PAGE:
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When we come to the Trudeau era it is significant that the ongoing “useful tradition of collegiality” referred to previously by Prof. Granatstein, by which the top mandarins in the civil service were switched around like musical chairs, accelerated rather than diminished. This not only applied to the members of Privy Council but to the Crown corporations as well. A typical case is that of Jean-Louis Gagnon, a long-time personal friend of the Trudeau-Marchand-Pelletier triumvirate.

Jean-Louis Gagnon’s long pro-Soviet record has been the subject of many questions in the House of Commons over the years. Yet Gagnon has been appointed repeatedly to top-level positions such as Co-Chairman of the Bilingual and Biculturalism Commission, Director of the ill-fated information Canada, Ambassador to UNESCO, and finally Commissioner of the Canadian Radio & Television Commission (CRTC). On November 26,1979, John Gamble, M.P. (North York) asked these questions in the Commons (see Hansard, Nov. 26, 1979):

Mr. John Gamble [York North]: Mr. Speaker, my question is for the Secretary of State and Minister of Communications. Is the Secretary of State and Minister of Communications aware that a certain Jean-Louis Gagnon, as a member of the CRTC, was observed while in Paris by the French security forces in the company of a known KGB agent who was apprehended transmitting missile secrets to the U.S.S.R.?

Is he further aware that the said Jean-Louis Gagnon was a card-carrying member of the communist party and, if aware of these circumstances, does he consider it appropriate that this gentleman, occupying this sensitive position moulding communications policy, should retain his present position?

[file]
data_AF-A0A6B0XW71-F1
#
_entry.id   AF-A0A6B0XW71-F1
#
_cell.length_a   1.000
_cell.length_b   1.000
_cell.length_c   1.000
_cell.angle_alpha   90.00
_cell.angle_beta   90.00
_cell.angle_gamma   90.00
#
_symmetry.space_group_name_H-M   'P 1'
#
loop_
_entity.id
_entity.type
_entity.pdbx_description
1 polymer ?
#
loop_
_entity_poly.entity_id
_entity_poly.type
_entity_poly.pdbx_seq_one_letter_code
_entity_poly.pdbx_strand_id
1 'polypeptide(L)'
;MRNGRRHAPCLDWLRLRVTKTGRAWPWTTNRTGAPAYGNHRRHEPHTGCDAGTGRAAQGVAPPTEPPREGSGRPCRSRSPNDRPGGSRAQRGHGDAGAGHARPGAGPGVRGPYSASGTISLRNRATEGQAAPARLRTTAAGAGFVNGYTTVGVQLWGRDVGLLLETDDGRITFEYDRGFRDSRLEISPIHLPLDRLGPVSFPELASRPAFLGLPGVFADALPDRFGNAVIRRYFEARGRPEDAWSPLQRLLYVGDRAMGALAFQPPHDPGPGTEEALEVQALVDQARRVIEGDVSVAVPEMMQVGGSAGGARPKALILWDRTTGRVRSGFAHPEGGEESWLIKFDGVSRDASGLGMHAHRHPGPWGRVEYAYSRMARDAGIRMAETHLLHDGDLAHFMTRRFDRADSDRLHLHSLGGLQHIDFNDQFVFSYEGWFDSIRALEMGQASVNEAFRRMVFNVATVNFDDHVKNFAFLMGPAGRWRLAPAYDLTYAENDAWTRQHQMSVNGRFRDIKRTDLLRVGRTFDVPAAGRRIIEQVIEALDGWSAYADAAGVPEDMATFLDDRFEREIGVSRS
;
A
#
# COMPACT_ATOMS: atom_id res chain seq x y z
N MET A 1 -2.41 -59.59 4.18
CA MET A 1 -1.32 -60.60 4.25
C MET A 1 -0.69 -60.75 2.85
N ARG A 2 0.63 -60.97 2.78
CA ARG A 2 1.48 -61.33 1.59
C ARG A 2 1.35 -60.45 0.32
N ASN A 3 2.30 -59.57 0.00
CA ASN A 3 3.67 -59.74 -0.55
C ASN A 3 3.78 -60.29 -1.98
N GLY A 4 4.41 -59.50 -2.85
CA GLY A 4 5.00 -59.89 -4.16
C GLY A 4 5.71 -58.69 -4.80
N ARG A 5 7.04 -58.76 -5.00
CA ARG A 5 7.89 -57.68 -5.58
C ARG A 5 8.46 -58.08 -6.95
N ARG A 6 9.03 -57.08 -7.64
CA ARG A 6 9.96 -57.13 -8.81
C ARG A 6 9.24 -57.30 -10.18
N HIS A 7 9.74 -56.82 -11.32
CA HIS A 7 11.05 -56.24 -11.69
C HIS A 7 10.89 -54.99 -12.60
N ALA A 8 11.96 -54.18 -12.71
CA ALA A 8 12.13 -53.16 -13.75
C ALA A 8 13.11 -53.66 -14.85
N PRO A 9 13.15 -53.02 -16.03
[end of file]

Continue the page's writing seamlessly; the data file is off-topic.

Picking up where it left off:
Hon. David MacDonald (Secretary of State and Minister of Communications): Mr. Speaker, I should point out that it is not as Secretary of State, but as Minister of Communications that I will be responsible for questions related to Mr. Gagnon. Accusations similar to what the hon. member has said have been made before. As I understand it, there is nothing in Mr. Gagnon’s career that would make him ineligible to serve on the CRTC. Indeed, he has given outstanding service on that body.

The Canadian Intelligence Service, in a special Supplement to its June 1960 issue, published a report I had prepared, carefully documenting this incredible case of Jean-Louis Gagnon. Following are excerpts:

Communist background and activities

I first met Gagnon in 1935 when we were both in the Valcartier Camp Unemployed Project. Gagnon was a member of the Young Communist League at that time, and had been sent there by Professor Stanley B. Ryerson, the editor of the Communist publication Clarté in Montreal. Ryerson was then known under the name of “Comrade E. Roger.” This was the same Ryerson who later became one of the top leaders of the Communist Party in Toronto and whose wife, Edna Ryerson, is a school trustee on the Toronto School Board. Ryerson had just returned from the famed Sorbonne University in France, and Gagnon became one of his many ‘prize’ recruits.

We came out of Valcartier Camp together and were prominent in organizing the Quebec City unemployed from 1935 to 1938. Quebec City newspapers of those years abound in descriptions of our meetings. Those were the days of the ‘Popular Front,’ and Gagnon succeeded in infiltrating the nationalistic separatist movement which centred around the publication La Nation (founded, incidentally, by Paul Bouchard, and not by Gagnon as Leese states in his article).